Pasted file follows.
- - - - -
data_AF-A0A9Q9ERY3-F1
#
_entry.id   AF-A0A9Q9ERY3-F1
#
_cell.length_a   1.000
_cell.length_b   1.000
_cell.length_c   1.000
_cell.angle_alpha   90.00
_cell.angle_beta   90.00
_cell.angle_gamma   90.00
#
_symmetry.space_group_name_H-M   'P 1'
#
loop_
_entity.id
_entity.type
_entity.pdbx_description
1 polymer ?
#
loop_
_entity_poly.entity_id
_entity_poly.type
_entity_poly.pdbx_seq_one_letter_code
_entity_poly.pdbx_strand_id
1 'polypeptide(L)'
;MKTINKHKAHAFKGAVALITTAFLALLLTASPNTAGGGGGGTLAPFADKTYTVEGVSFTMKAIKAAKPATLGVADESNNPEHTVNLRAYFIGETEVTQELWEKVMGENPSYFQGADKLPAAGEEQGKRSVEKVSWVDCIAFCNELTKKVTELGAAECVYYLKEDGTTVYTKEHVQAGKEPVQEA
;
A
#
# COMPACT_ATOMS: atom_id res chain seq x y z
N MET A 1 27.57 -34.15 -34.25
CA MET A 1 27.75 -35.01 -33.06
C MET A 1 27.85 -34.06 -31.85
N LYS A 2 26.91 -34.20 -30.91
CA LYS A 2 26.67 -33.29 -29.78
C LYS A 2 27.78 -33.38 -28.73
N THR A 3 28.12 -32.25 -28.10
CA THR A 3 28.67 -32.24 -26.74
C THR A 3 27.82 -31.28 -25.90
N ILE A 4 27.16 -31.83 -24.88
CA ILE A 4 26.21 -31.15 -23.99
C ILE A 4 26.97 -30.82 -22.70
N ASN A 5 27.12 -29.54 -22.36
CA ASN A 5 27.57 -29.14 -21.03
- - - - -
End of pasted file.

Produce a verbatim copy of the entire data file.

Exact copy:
data_AF-A0A9Q9ERY3-F1
#
_entry.id   AF-A0A9Q9ERY3-F1
#
_cell.length_a   1.000
_cell.length_b   1.000
_cell.length_c   1.000
_cell.angle_alpha   90.00
_cell.angle_beta   90.00
_cell.angle_gamma   90.00
#
_symmetry.space_group_name_H-M   'P 1'
#
loop_
_entity.id
_entity.type
_entity.pdbx_description
1 polymer ?
#
loop_
_entity_poly.entity_id
_entity_poly.type
_entity_poly.pdbx_seq_one_letter_code
_entity_poly.pdbx_strand_id
1 'polypeptide(L)'
;MKTINKHKAHAFKGAVALITTAFLALLLTASPNTAGGGGGGTLAPFADKTYTVEGVSFTMKAIKAAKPATLGVADESNNPEHTVNLRAYFIGETEVTQELWEKVMGENPSYFQGADKLPAAGEEQGKRSVEKVSWVDCIAFCNELTKKVTELGAAECVYYLKEDGTTVYTKEHVQAGKEPVQEA
;
A
#
# COMPACT_ATOMS: atom_id res chain seq x y z
N MET A 1 27.57 -34.15 -34.25
CA MET A 1 27.75 -35.01 -33.06
C MET A 1 27.85 -34.06 -31.85
N LYS A 2 26.91 -34.20 -30.91
CA LYS A 2 26.67 -33.29 -29.78
C LYS A 2 27.78 -33.38 -28.73
N THR A 3 28.12 -32.25 -28.10
CA THR A 3 28.67 -32.24 -26.74
C THR A 3 27.82 -31.28 -25.90
N ILE A 4 27.16 -31.83 -24.88
CA ILE A 4 26.21 -31.15 -23.99
C ILE A 4 26.97 -30.82 -22.70
N ASN A 5 27.12 -29.54 -22.36
CA ASN A 5 27.57 -29.14 -21.03